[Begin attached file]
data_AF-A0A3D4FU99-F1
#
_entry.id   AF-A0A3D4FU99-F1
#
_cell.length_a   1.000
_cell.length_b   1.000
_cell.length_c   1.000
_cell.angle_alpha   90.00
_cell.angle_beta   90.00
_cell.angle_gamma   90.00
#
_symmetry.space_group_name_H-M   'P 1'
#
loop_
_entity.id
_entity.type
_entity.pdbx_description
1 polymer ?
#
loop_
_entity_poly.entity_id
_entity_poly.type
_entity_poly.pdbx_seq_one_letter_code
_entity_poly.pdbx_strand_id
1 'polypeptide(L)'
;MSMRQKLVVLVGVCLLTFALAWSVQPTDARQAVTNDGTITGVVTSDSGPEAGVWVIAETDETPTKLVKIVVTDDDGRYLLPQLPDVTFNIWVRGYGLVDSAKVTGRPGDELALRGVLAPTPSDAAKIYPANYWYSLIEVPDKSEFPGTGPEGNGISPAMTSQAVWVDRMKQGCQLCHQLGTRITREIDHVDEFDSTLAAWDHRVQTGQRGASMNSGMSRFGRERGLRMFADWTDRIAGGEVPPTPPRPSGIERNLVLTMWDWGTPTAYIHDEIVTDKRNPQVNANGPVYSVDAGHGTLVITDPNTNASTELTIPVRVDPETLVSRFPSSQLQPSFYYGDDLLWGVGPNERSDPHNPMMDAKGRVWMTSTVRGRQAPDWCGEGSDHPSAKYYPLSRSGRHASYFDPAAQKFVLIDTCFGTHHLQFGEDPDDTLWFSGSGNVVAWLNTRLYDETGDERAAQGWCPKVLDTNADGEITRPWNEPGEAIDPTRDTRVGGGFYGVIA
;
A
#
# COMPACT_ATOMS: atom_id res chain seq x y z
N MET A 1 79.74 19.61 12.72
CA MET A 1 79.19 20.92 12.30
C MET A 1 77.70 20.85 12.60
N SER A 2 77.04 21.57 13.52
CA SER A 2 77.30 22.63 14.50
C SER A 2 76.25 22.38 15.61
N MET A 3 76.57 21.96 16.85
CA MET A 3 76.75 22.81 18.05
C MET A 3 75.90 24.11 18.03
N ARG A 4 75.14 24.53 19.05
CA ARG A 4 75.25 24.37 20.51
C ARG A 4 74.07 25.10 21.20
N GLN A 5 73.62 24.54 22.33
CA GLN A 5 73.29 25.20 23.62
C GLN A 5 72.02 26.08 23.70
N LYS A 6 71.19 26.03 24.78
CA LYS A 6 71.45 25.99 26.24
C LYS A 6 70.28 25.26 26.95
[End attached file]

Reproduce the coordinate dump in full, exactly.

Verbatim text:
data_AF-A0A3D4FU99-F1
#
_entry.id   AF-A0A3D4FU99-F1
#
_cell.length_a   1.000
_cell.length_b   1.000
_cell.length_c   1.000
_cell.angle_alpha   90.00
_cell.angle_beta   90.00
_cell.angle_gamma   90.00
#
_symmetry.space_group_name_H-M   'P 1'
#
loop_
_entity.id
_entity.type
_entity.pdbx_description
1 polymer ?
#
loop_
_entity_poly.entity_id
_entity_poly.type
_entity_poly.pdbx_seq_one_letter_code
_entity_poly.pdbx_strand_id
1 'polypeptide(L)'
;MSMRQKLVVLVGVCLLTFALAWSVQPTDARQAVTNDGTITGVVTSDSGPEAGVWVIAETDETPTKLVKIVVTDDDGRYLLPQLPDVTFNIWVRGYGLVDSAKVTGRPGDELALRGVLAPTPSDAAKIYPANYWYSLIEVPDKSEFPGTGPEGNGISPAMTSQAVWVDRMKQGCQLCHQLGTRITREIDHVDEFDSTLAAWDHRVQTGQRGASMNSGMSRFGRERGLRMFADWTDRIAGGEVPPTPPRPSGIERNLVLTMWDWGTPTAYIHDEIVTDKRNPQVNANGPVYSVDAGHGTLVITDPNTNASTELTIPVRVDPETLVSRFPSSQLQPSFYYGDDLLWGVGPNERSDPHNPMMDAKGRVWMTSTVRGRQAPDWCGEGSDHPSAKYYPLSRSGRHASYFDPAAQKFVLIDTCFGTHHLQFGEDPDDTLWFSGSGNVVAWLNTRLYDETGDERAAQGWCPKVLDTNADGEITRPWNEPGEAIDPTRDTRVGGGFYGVIA
;
A
#
# COMPACT_ATOMS: atom_id res chain seq x y z
N MET A 1 79.74 19.61 12.72
CA MET A 1 79.19 20.92 12.30
C MET A 1 77.70 20.85 12.60
N SER A 2 77.04 21.57 13.52
CA SER A 2 77.30 22.63 14.50
C SER A 2 76.25 22.38 15.61
N MET A 3 76.57 21.96 16.85
CA MET A 3 76.75 22.81 18.05
C MET A 3 75.90 24.11 18.03
N ARG A 4 75.14 24.53 19.05
CA ARG A 4 75.25 24.37 20.51
C ARG A 4 74.07 25.10 21.20
N GLN A 5 73.62 24.54 22.33
CA GLN A 5 73.29 25.20 23.62
C GLN A 5 72.02 26.08 23.70
N LYS A 6 71.19 26.03 24.78
CA LYS A 6 71.45 25.99 26.24
C LYS A 6 70.28 25.26 26.95